The Values that Guide Us
The best education is rooted in strong values. At the University of Mary, they are an integral part of your experience. The Benedictine Sisters of the Annunciation first arrived in the Dakota Territory in 1878, bringing ministries of healing and learning. When the Sisters founded the University of Mary, they imbued our educational mission with the same Benedictine values that have guided them.
Although communal life inspired by the Rule of St. Benedict stores a vast treasury of Benedictine values, six of these are of particular importance for our life at the University of Mary...
We integrate the Benedictine values of service, hospitality, moderation, prayer, respect for persons, and community throughout our curriculum and student life programs so students graduate with the capacity to live joyful, meaningful lives.
The freshman seminar introduces students to the Benedictine values, and Monsignor Shea delivers several talks to freshmen about personal development and self-discovery. Faculty and staff receive professional development training to model Benedictine values so students learn by example.
Values and ethics are also a part of the regular discussion at Mary. Events such as the Annual Prayer Day and weekly convocations bring in renowned keynote speakers to address current ethical issues in society and explore these topics.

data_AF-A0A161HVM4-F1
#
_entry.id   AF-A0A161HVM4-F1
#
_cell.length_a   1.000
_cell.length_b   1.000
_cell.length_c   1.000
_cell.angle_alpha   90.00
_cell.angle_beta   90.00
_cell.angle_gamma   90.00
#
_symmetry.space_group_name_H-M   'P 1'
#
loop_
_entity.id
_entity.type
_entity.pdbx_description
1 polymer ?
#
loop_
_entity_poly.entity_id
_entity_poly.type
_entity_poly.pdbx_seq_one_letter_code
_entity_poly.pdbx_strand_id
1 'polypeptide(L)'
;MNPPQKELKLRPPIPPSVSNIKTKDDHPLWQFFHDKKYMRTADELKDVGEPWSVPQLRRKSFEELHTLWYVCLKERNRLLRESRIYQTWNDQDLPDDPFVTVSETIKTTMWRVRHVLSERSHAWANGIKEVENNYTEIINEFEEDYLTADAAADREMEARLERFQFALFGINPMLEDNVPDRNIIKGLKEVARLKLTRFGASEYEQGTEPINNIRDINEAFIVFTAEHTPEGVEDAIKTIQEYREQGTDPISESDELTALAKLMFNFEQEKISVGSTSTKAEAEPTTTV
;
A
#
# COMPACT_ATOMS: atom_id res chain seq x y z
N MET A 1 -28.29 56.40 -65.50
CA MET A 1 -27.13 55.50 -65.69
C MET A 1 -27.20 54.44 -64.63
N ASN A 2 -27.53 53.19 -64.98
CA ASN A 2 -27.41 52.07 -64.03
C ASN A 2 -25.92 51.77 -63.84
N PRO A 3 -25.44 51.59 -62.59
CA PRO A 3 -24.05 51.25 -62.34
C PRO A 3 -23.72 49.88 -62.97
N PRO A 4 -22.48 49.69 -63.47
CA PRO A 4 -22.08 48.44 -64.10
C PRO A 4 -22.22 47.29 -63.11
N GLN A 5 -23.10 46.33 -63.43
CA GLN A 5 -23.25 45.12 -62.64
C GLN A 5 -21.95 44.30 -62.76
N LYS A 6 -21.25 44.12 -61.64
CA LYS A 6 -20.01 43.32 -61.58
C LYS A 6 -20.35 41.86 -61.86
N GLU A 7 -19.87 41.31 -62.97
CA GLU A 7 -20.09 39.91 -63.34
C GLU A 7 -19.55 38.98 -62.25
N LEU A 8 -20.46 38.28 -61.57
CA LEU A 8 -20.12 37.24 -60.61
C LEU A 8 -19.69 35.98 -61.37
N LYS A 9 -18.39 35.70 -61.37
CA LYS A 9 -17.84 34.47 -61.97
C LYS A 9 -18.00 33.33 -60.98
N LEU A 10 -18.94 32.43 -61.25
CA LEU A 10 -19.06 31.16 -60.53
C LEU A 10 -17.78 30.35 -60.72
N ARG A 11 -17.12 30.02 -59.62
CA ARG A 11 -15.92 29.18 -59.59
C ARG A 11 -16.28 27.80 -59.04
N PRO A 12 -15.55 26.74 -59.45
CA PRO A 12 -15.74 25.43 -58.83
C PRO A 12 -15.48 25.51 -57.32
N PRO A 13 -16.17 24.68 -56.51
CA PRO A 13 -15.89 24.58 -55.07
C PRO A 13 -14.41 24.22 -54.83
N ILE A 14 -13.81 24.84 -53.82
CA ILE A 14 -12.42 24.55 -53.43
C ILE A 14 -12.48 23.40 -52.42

Striving together for the common good and growing in relationship with God, one another, and self.
“Let all things be common to all.” (Rule of Benedict 33)
Receiving others as Christ with warmth and attentiveness.
“Let all be received as Christ.” (Rule of Benedict 53)
Honoring all of God’s creation and living simply with balance and gratitude.
“Regard all things as sacred and do everything with moderation.” (Rule of Benedict 31)
Attending to the mystery and sacredness of life, abiding in the divine presence, listening and responding to God.
“Listen intently to holy readings. Give yourself frequently to prayer.” (Rule of Benedict 4)
Respect for Persons
Recognizing the image of God in each person and honoring each one in their giftedness and limitations.
“Honor everyone and never do to another what you do not want done to yourself.” (Rule of Benedict 4)
Meeting the needs of others in the example of Jesus the servant leader.
“The members should serve one another.” (Rule of Benedict 35)